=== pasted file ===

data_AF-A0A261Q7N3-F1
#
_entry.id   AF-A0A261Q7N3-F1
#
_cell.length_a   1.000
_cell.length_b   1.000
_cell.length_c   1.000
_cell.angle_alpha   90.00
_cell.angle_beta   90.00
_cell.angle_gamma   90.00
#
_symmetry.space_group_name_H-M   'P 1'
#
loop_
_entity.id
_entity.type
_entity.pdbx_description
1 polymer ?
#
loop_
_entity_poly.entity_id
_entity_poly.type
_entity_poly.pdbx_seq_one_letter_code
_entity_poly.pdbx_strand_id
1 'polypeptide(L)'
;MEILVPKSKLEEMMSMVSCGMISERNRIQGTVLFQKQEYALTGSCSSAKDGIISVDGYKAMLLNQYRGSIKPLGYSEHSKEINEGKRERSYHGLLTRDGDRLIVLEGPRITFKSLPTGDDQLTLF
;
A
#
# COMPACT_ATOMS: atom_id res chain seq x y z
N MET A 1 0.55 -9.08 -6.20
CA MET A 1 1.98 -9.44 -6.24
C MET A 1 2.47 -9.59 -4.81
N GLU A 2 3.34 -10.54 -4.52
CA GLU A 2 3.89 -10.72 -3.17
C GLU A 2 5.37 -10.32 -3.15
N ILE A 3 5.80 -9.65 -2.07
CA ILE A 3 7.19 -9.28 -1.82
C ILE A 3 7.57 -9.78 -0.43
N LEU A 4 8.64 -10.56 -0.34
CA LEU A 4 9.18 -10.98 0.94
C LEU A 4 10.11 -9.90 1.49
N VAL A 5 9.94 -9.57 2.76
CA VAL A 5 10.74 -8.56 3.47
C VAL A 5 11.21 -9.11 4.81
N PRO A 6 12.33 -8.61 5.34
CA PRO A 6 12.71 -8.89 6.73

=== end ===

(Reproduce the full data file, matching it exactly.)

data_AF-A0A261Q7N3-F1
#
_entry.id   AF-A0A261Q7N3-F1
#
_cell.length_a   1.000
_cell.length_b   1.000
_cell.length_c   1.000
_cell.angle_alpha   90.00
_cell.angle_beta   90.00
_cell.angle_gamma   90.00
#
_symmetry.space_group_name_H-M   'P 1'
#
loop_
_entity.id
_entity.type
_entity.pdbx_description
1 polymer ?
#
loop_
_entity_poly.entity_id
_entity_poly.type
_entity_poly.pdbx_seq_one_letter_code
_entity_poly.pdbx_strand_id
1 'polypeptide(L)'
;MEILVPKSKLEEMMSMVSCGMISERNRIQGTVLFQKQEYALTGSCSSAKDGIISVDGYKAMLLNQYRGSIKPLGYSEHSKEINEGKRERSYHGLLTRDGDRLIVLEGPRITFKSLPTGDDQLTLF
;
A
#
# COMPACT_ATOMS: atom_id res chain seq x y z
N MET A 1 0.55 -9.08 -6.20
CA MET A 1 1.98 -9.44 -6.24
C MET A 1 2.47 -9.59 -4.81
N GLU A 2 3.34 -10.54 -4.52
CA GLU A 2 3.89 -10.72 -3.17
C GLU A 2 5.37 -10.32 -3.15
N ILE A 3 5.80 -9.65 -2.07
CA ILE A 3 7.19 -9.28 -1.82
C ILE A 3 7.57 -9.78 -0.43
N LEU A 4 8.64 -10.56 -0.34
CA LEU A 4 9.18 -10.98 0.94
C LEU A 4 10.11 -9.90 1.49
N VAL A 5 9.94 -9.57 2.76
CA VAL A 5 10.74 -8.56 3.47
C VAL A 5 11.21 -9.11 4.81
N PRO A 6 12.33 -8.61 5.34
CA PRO A 6 12.71 -8.89 6.73